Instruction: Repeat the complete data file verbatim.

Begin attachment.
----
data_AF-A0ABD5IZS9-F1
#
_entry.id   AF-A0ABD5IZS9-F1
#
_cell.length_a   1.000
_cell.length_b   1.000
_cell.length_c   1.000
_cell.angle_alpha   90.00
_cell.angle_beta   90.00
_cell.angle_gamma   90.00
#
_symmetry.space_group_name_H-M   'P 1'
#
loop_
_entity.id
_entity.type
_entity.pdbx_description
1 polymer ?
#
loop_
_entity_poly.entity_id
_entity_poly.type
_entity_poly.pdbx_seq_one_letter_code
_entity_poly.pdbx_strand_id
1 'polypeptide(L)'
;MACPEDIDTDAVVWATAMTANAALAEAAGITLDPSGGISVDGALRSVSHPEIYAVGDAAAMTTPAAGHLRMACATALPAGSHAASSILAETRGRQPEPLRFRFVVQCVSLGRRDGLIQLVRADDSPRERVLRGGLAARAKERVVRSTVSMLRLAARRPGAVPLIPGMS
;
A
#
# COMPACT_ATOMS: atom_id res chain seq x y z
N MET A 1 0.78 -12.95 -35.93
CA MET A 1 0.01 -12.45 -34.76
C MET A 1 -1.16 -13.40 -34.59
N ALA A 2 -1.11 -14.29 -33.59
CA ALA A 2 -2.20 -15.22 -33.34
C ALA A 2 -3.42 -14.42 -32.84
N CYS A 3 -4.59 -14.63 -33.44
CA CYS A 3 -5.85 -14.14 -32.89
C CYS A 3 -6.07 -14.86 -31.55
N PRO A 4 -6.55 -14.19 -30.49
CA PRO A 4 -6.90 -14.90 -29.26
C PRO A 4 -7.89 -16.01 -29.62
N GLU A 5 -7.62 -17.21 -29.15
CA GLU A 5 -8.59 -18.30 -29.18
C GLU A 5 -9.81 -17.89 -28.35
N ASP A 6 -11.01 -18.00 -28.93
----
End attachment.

data_AF-A0ABD5IZS9-F1
#
_entry.id   AF-A0ABD5IZS9-F1
#
_cell.length_a   1.000
_cell.length_b   1.000
_cell.length_c   1.000
_cell.angle_alpha   90.00
_cell.angle_beta   90.00
_cell.angle_gamma   90.00
#
_symmetry.space_group_name_H-M   'P 1'
#
loop_
_entity.id
_entity.type
_entity.pdbx_description
1 polymer ?
#
loop_
_entity_poly.entity_id
_entity_poly.type
_entity_poly.pdbx_seq_one_letter_code
_entity_poly.pdbx_strand_id
1 'polypeptide(L)'
;MACPEDIDTDAVVWATAMTANAALAEAAGITLDPSGGISVDGALRSVSHPEIYAVGDAAAMTTPAAGHLRMACATALPAGSHAASSILAETRGRQPEPLRFRFVVQCVSLGRRDGLIQLVRADDSPRERVLRGGLAARAKERVVRSTVSMLRLAARRPGAVPLIPGMS
;
A
#
# COMPACT_ATOMS: atom_id res chain seq x y z
N MET A 1 0.78 -12.95 -35.93
CA MET A 1 0.01 -12.45 -34.76
C MET A 1 -1.16 -13.40 -34.59
N ALA A 2 -1.11 -14.29 -33.59
CA ALA A 2 -2.20 -15.22 -33.34
C ALA A 2 -3.42 -14.42 -32.84
N CYS A 3 -4.59 -14.63 -33.44
CA CYS A 3 -5.85 -14.14 -32.89
C CYS A 3 -6.07 -14.86 -31.55
N PRO A 4 -6.55 -14.19 -30.49
CA PRO A 4 -6.90 -14.90 -29.26
C PRO A 4 -7.89 -16.01 -29.62
N GLU A 5 -7.62 -17.21 -29.15
CA GLU A 5 -8.59 -18.30 -29.18
C GLU A 5 -9.81 -17.89 -28.35
N ASP A 6 -11.01 -18.00 -28.93